California court blocks legislators from writing ballot measure titles

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January 28, 2011

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SACRAMENTO, California: Lawmakers in the state of California were instructed to stop writing official language for measures they refer to the ballot, according to a Third District Court of Appeals ruling on January 27.

In it's unanimous decision the court said legislatively-referred measures should be written by the state attorney general.[1] The attorney general is currently responsible for writing ballot language for citizen-proposed measures.

The Howard Jarvis Taxpayers Association filed the lawsuit following the approval of California Proposition 1A in 2008 by 53%. The text for the $9.95 billion high-speed rail bond question was written by state lawmakers. The taxpayer group reportedly filed the lawsuit to prevent lawmakers from continuing to write ballot language. "This really wasn't a problem until about 10 to 15 years ago, and then it just got more and more brazen. Granted, the attorney general can be a political player as well, but at least the attorney general is removed from the (legislative) process," said Jon Coupal, president of the taxpayer group.[1]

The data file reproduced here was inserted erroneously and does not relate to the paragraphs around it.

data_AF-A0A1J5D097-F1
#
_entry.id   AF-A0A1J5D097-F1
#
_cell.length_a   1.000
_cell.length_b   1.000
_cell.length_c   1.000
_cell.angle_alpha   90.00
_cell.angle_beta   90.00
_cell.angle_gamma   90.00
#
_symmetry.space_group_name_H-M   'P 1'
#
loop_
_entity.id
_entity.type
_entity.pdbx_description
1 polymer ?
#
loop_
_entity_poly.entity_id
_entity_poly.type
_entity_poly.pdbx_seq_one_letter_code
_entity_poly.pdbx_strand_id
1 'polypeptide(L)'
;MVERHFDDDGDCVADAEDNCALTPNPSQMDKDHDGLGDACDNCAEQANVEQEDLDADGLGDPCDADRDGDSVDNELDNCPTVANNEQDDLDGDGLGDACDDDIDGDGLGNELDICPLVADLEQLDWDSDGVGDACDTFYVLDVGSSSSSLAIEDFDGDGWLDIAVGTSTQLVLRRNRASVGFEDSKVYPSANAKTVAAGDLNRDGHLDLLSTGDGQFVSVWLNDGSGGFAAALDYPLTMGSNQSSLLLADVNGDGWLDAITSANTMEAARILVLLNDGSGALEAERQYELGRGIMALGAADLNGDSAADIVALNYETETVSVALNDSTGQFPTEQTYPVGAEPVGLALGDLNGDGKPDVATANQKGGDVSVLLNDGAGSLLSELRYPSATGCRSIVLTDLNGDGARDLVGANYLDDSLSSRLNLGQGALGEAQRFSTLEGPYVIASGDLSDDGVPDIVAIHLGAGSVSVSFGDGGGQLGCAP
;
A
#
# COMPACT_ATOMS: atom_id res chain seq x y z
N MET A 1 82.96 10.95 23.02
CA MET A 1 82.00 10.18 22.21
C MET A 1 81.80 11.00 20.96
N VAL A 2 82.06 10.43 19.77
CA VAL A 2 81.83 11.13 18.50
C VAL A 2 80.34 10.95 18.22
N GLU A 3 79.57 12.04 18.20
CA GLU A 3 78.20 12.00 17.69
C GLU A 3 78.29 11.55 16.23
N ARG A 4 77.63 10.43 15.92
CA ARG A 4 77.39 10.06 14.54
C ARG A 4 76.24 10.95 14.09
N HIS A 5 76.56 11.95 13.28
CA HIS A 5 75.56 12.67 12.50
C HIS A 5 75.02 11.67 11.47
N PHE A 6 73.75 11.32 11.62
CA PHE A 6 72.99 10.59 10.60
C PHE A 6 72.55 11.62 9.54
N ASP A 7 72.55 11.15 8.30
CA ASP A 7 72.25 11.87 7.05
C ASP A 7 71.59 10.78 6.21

According to court's decision the legislature has violated a 1974 law that assigned writing summaries for measures to the attorney general. Specifically, the legislature has violated this law since 1990.[2]

The ruling does not invalidate 2008's Proposition 1A, however it applies to all future measures. Additionally, it would allow for Attorney General Kamala Harris to rewrite the title of measures scheduled to go on upcoming ballots for 2011 and 2012.[2]

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